This is about the construction of the title of the popular German Christmas song: "Süßer die Glocken nie klingen."

My understanding is that the verb is supposed to go into the second position in most sentences. That might imply a construction like Süßer klingen die Glocken nie, or Die Glocken nie klingen Süßer.

Normally, when the verb is at the end, it is because of a so-called "relative pronoun," such as wer or was. But I don't see "Süßer" as performing that function.

What is the rationale for the construction, "Süßer die Glocken nie klingen?" Is it a "standard" construction using a formula I've missed, or is a form of "poetic license" that violates ordinary grammar rules?

  • 4
    Poetry!! Ignoring "standard" rules of language since mankind learned to wield the featherquill...
    – Vogel612
    Commented Dec 22, 2013 at 23:36
  • "Die Glocken nie klingen süßer" -> The verb would be in 3rd position ;)
    – Em1
    Commented Dec 22, 2013 at 23:38
  • @Em1: So the correct construction would be "Die Glocken klingen nie Süßer"? I was never clear on whether or not the negative was "part of" or separate from the verb, and at some level, posted it like that to "find out."
    – Tom Au
    Commented Dec 22, 2013 at 23:42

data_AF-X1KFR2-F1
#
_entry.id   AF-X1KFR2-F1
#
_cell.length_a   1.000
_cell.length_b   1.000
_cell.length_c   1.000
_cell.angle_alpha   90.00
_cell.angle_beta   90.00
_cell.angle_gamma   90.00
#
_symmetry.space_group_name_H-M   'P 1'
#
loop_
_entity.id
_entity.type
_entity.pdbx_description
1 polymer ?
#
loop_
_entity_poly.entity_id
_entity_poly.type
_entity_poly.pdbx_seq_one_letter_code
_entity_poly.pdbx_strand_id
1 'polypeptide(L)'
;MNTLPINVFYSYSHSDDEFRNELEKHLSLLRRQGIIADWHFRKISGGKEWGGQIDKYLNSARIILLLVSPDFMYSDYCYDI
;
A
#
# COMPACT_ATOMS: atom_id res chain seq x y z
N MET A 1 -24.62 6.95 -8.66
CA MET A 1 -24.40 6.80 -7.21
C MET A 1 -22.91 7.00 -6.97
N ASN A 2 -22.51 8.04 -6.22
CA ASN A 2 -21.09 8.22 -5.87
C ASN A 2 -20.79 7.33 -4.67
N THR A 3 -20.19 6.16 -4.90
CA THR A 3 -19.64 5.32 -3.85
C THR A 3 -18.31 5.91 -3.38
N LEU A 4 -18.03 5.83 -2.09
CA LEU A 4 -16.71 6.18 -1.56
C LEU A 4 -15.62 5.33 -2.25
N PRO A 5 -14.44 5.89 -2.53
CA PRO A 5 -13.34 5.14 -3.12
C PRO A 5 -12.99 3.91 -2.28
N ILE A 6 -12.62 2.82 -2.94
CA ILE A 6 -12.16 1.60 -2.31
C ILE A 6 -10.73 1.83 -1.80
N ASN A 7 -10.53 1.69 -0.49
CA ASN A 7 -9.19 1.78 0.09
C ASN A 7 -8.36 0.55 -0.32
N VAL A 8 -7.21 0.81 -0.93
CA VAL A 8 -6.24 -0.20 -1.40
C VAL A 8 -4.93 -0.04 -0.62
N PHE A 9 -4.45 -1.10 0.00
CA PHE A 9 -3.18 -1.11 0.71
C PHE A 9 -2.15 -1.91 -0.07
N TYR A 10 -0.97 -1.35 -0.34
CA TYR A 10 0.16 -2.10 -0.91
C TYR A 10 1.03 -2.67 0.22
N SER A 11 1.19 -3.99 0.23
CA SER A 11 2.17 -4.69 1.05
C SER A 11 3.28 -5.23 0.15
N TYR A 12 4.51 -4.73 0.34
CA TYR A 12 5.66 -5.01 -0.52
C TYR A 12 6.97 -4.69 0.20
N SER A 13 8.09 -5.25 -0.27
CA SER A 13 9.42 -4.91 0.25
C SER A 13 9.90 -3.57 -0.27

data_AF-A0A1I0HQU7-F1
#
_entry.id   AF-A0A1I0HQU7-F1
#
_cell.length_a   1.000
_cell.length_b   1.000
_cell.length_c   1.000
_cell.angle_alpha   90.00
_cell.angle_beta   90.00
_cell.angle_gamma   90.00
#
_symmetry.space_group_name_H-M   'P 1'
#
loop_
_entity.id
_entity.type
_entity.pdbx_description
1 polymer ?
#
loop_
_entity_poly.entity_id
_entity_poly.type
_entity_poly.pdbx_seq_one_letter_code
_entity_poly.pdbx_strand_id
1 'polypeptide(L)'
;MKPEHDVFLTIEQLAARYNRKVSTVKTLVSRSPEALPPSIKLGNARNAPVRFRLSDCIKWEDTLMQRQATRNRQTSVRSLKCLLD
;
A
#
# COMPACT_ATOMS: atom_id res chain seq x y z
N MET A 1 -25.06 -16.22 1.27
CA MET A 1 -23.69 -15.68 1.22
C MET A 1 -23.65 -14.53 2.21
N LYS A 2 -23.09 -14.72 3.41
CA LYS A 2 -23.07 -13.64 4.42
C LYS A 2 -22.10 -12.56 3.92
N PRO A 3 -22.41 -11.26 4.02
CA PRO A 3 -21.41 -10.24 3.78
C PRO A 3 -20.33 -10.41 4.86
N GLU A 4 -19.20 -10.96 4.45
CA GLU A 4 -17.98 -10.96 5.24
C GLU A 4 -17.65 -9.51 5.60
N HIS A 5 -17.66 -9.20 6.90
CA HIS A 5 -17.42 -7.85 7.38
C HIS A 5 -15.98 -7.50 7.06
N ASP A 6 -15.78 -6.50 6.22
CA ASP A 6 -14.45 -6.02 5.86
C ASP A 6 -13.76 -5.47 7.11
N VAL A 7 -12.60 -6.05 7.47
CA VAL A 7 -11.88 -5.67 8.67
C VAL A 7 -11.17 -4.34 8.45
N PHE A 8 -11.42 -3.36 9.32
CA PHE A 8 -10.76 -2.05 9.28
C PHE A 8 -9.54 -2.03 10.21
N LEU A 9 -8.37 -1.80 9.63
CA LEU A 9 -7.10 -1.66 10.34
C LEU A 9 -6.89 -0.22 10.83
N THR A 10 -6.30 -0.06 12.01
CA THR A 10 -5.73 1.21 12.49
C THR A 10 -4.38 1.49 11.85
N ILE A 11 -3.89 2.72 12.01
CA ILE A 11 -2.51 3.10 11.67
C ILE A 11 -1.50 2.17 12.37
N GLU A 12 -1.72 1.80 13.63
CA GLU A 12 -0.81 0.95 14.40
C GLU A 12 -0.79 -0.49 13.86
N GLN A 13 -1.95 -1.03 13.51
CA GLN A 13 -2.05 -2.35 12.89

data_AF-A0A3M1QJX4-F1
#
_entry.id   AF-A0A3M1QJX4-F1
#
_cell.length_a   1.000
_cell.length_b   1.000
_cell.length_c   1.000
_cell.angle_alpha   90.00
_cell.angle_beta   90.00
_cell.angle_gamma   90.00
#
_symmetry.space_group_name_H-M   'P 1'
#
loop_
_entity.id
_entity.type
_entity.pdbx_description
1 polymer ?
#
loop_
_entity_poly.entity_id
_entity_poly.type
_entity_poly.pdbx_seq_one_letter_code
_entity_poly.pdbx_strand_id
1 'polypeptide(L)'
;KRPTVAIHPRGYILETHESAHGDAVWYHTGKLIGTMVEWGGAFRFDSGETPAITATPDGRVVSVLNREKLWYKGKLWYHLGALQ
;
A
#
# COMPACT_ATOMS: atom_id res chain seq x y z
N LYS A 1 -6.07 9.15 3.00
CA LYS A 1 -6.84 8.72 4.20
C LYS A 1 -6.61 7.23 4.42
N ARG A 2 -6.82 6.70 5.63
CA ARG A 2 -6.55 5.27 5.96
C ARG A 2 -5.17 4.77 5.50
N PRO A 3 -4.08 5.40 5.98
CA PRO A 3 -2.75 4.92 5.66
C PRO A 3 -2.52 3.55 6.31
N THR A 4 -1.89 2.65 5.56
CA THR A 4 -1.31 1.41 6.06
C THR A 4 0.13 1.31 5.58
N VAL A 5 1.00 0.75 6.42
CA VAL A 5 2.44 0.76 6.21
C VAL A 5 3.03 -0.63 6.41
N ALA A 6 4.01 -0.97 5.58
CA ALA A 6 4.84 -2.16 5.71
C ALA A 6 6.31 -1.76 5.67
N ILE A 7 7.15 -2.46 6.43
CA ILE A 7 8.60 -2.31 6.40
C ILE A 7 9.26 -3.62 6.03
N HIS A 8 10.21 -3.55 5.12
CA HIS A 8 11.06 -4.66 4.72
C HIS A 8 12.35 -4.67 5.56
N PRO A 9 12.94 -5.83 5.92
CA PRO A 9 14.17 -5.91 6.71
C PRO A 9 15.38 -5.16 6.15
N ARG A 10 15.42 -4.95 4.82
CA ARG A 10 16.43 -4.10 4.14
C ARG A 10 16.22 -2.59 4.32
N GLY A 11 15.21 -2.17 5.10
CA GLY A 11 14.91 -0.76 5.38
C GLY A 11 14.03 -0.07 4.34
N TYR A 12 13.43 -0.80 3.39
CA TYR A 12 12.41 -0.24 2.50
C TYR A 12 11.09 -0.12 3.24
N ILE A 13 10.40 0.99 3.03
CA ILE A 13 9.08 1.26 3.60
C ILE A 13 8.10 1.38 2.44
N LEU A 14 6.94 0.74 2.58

• @tom in this case also poetic freedom applies. Yes the correc version separates Verneinung and Verb, but it is not uncommon to keep them together for stylistic or metral reasons
    – Vogel612
    Commented Dec 22, 2013 at 23:52
  • Just check out translations of old Greek drama if you want to see what German can REALLY do. There is no word order.
    – Emanuel
    Commented Dec 24, 2013 at 12:56

1 Answer 1


Rather than continue the string of comments, I will place an answer.

Yes, this is sheer poetic license.

However, some emphasis is being placed on the "süßer", putting it first to emphasize the fact that the bells never ring sweeter than at Christmastime ("als zu der Weihnachtszeit", to complete the stanza).

Normal grammar would indeed then place the verb second, but with music and poetry there is a lot of wiggle room in German as well as English (and other languages) to follow the flow of the musical notes or to evoke a certain emotion or whatever. That's all that is happening here.

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